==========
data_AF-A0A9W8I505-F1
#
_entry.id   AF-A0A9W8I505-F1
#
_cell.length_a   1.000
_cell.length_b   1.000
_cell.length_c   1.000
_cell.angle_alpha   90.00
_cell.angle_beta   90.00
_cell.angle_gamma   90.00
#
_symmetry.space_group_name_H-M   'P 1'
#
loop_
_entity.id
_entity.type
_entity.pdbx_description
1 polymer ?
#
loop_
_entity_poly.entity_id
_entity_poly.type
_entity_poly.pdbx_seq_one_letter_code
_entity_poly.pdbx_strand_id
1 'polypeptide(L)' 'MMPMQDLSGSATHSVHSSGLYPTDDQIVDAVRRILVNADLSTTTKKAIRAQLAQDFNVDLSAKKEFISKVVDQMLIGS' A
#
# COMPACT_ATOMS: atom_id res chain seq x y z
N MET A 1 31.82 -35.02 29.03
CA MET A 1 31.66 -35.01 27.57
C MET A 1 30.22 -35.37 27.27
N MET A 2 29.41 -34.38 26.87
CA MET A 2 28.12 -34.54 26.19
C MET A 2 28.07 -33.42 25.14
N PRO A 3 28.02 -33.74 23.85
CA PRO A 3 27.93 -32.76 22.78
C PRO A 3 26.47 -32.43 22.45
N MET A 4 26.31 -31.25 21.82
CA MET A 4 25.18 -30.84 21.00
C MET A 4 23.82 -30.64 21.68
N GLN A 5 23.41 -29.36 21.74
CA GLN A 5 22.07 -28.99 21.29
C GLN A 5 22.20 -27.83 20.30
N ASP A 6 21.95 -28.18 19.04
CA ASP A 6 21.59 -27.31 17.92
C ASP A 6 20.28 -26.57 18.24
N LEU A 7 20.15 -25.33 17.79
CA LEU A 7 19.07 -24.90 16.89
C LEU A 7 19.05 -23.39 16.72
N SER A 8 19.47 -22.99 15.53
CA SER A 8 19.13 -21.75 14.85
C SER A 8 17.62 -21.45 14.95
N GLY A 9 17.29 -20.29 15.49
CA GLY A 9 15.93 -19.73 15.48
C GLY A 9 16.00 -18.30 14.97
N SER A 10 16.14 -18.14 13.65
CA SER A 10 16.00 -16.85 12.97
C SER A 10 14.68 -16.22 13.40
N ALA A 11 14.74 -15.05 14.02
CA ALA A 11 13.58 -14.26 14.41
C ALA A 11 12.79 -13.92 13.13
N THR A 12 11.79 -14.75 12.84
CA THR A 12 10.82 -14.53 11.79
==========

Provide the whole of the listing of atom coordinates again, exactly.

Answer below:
data_AF-A0A9W8I505-F1
#
_entry.id   AF-A0A9W8I505-F1
#
_cell.length_a   1.000
_cell.length_b   1.000
_cell.length_c   1.000
_cell.angle_alpha   90.00
_cell.angle_beta   90.00
_cell.angle_gamma   90.00
#
_symmetry.space_group_name_H-M   'P 1'
#
loop_
_entity.id
_entity.type
_entity.pdbx_description
1 polymer ?
#
loop_
_entity_poly.entity_id
_entity_poly.type
_entity_poly.pdbx_seq_one_letter_code
_entity_poly.pdbx_strand_id
1 'polypeptide(L)' 'MMPMQDLSGSATHSVHSSGLYPTDDQIVDAVRRILVNADLSTTTKKAIRAQLAQDFNVDLSAKKEFISKVVDQMLIGS' A
#
# COMPACT_ATOMS: atom_id res chain seq x y z
N MET A 1 31.82 -35.02 29.03
CA MET A 1 31.66 -35.01 27.57
C MET A 1 30.22 -35.37 27.27
N MET A 2 29.41 -34.38 26.87
CA MET A 2 28.12 -34.54 26.19
C MET A 2 28.07 -33.42 25.14
N PRO A 3 28.02 -33.74 23.85
CA PRO A 3 27.93 -32.76 22.78
C PRO A 3 26.47 -32.43 22.45
N MET A 4 26.31 -31.25 21.82
CA MET A 4 25.18 -30.84 21.00
C MET A 4 23.82 -30.64 21.68
N GLN A 5 23.41 -29.36 21.74
CA GLN A 5 22.07 -28.99 21.29
C GLN A 5 22.20 -27.83 20.30
N ASP A 6 21.95 -28.18 19.04
CA ASP A 6 21.59 -27.31 17.92
C ASP A 6 20.28 -26.57 18.24
N LEU A 7 20.15 -25.33 17.79
CA LEU A 7 19.07 -24.90 16.89
C LEU A 7 19.05 -23.39 16.72
N SER A 8 19.47 -22.99 15.53
CA SER A 8 19.13 -21.75 14.85
C SER A 8 17.62 -21.45 14.95
N GLY A 9 17.29 -20.29 15.49
CA GLY A 9 15.93 -19.73 15.48
C GLY A 9 16.00 -18.30 14.97
N SER A 10 16.14 -18.14 13.65
CA SER A 10 16.00 -16.85 12.97
C SER A 10 14.68 -16.22 13.40
N ALA A 11 14.74 -15.05 14.02
CA ALA A 11 13.58 -14.26 14.41
C ALA A 11 12.79 -13.92 13.13
N THR A 12 11.79 -14.75 12.84
CA THR A 12 10.82 -14.53 11.79